Lebanese tabloid website Lebanon Files has published voyeur photos of two women kissing in Kfaradiba public beach under the headline: “Obscenity season ends on Lebanon’s seashore… Two girls exchange kisses”.
Perhaps the guy who wrote that headline only knows girl-on-girl porn, where overinflated bimbos lick it each other to satisfy men’s libido. Perhaps he doesn’t know what obscenity actually means.
Ignorance is not bliss, so let’s help him get out of his: love between two women – or between any two consenting adults – is not obscenity. But a yearlong ongoing garbage crisis definitely is.
Not having a president for two and a half years is obscenity. So is haggling over who’s going to sit in Baabda and who’s going to stand in the Grand Serail, as if the Lebanese Republic was some rug on sale in an old Cairo souk, or a pie that can be divided and devoured.
Cancelling elections is obscenity. Parliament renewing twice its own mandate is obscenity. So are sectarianism, racism, domestic violence, marital rape, a 2 years old girl killed by celebratory gunfire, institutional corruption, a 70 billion dollars dept, 2 million refugees for 4.3 million Lebanese, sex rings using and abusing some of these refugees, lavish marriages while one third of the population lives below poverty line and the rest can barely feed their families.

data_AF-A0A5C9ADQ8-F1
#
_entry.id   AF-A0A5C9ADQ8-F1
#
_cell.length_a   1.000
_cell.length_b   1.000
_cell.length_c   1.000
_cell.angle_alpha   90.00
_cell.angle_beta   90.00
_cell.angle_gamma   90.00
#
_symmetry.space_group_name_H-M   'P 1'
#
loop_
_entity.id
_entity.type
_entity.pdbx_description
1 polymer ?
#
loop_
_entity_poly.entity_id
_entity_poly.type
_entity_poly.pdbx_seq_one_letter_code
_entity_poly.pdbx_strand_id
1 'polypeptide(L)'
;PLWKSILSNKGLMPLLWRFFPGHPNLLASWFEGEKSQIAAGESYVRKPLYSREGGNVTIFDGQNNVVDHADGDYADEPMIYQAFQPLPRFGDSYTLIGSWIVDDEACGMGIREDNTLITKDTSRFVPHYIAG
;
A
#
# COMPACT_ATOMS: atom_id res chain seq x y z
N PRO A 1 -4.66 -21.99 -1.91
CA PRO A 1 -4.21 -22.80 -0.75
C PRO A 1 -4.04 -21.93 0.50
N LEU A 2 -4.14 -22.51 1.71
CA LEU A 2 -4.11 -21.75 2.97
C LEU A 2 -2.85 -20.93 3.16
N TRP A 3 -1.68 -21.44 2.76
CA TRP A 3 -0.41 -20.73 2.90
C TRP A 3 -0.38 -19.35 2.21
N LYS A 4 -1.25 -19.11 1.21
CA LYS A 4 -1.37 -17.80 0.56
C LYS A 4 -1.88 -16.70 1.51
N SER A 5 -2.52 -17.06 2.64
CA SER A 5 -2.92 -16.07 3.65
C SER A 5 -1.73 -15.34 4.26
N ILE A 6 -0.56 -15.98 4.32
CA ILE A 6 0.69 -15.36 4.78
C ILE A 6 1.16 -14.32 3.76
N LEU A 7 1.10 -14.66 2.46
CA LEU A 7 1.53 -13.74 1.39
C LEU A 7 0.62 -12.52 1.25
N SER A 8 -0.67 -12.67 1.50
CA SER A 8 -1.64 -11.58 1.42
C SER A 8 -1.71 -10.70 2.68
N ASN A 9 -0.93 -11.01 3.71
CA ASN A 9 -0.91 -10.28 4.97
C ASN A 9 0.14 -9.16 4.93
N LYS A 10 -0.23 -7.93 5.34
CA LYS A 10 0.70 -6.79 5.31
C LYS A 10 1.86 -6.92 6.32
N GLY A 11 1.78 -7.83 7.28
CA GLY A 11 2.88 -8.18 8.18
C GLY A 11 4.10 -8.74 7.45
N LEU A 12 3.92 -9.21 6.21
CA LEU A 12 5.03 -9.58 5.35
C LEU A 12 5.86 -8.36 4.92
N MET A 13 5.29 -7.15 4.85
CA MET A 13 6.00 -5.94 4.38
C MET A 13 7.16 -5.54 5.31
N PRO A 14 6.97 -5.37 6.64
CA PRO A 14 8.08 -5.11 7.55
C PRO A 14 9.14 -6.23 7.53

All these, taken separately or put together, could be awarded a Guinness world record for absolute obscenity.
Come to think of it, the girls in the photo were kissing in Kfaradiba, the breathtaking public beach the Lebanese government wants to turn into a private luxury resort. Makes you wonder what’s more obscene, a loving embrace or the theft of what’s left of Lebanon’s public seashore.
For Lebanon Files and most people in this overly bigot and hypocrite country of ours, a lesbian kiss is worse than everything. It’s evil incarnate.
So keep kissing girls, maybe politicians and promoters would be afraid of your obscenity, run away and leave the Kfaradiba beach alone, to be enjoyed by everyone, as it always was and always should be.
© Claude El Khal, 2016